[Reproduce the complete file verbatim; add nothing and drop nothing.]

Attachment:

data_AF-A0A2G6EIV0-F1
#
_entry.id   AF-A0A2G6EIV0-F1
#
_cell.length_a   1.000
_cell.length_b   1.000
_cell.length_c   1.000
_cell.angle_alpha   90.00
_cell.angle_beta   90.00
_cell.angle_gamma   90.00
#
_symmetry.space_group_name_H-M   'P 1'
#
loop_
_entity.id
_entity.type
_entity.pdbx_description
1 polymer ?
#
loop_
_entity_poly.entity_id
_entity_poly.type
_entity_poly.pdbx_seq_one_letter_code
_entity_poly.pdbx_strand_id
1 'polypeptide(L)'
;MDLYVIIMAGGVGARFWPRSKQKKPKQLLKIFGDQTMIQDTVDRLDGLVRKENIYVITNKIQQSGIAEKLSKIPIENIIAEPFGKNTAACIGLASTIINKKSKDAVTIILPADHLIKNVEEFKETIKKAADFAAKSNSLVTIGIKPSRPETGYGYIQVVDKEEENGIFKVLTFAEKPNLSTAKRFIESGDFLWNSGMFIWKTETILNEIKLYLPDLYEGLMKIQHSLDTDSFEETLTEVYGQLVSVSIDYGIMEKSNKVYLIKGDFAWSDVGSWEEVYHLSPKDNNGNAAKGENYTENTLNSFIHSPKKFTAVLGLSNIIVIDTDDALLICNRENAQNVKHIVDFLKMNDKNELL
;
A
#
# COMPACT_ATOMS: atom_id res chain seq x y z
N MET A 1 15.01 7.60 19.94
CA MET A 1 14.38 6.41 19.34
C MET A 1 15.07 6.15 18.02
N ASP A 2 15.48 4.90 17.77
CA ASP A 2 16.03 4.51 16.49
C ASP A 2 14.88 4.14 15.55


data_AF-A0A2G6EIV0-F1
#
_entry.id   AF-A0A2G6EIV0-F1
#
_cell.length_a   1.000
_cell.length_b   1.000
_cell.length_c   1.000
_cell.angle_alpha   90.00
_cell.angle_beta   90.00
_cell.angle_gamma   90.00
#
_symmetry.space_group_name_H-M   'P 1'
#
loop_
_entity.id
_entity.type
_entity.pdbx_description
1 polymer ?
#
loop_
_entity_poly.entity_id
_entity_poly.type
_entity_poly.pdbx_seq_one_letter_code
_entity_poly.pdbx_strand_id
1 'polypeptide(L)'
;MDLYVIIMAGGVGARFWPRSKQKKPKQLLKIFGDQTMIQDTVDRLDGLVRKENIYVITNKIQQSGIAEKLSKIPIENIIAEPFGKNTAACIGLASTIINKKSKDAVTIILPADHLIKNVEEFKETIKKAADFAAKSNSLVTIGIKPSRPETGYGYIQVVDKEEENGIFKVLTFAEKPNLSTAKRFIESGDFLWNSGMFIWKTETILNEIKLYLPDLYEGLMKIQHSLDTDSFEETLTEVYGQLVSVSIDYGIMEKSNKVYLIKGDFAWSDVGSWEEVYHLSPKDNNGNAAKGENYTENTLNSFIHSPKKFTAVLGLSNIIVIDTDDALLICNRENAQNVKHIVDFLKMNDKNELL
;
A
#
# COMPACT_ATOMS: atom_id res chain seq x y z
N MET A 1 15.01 7.60 19.94
CA MET A 1 14.38 6.41 19.34
C MET A 1 15.07 6.15 18.02
N ASP A 2 15.48 4.90 17.77
CA ASP A 2 16.03 4.51 16.49
C ASP A 2 14.88 4.14 15.55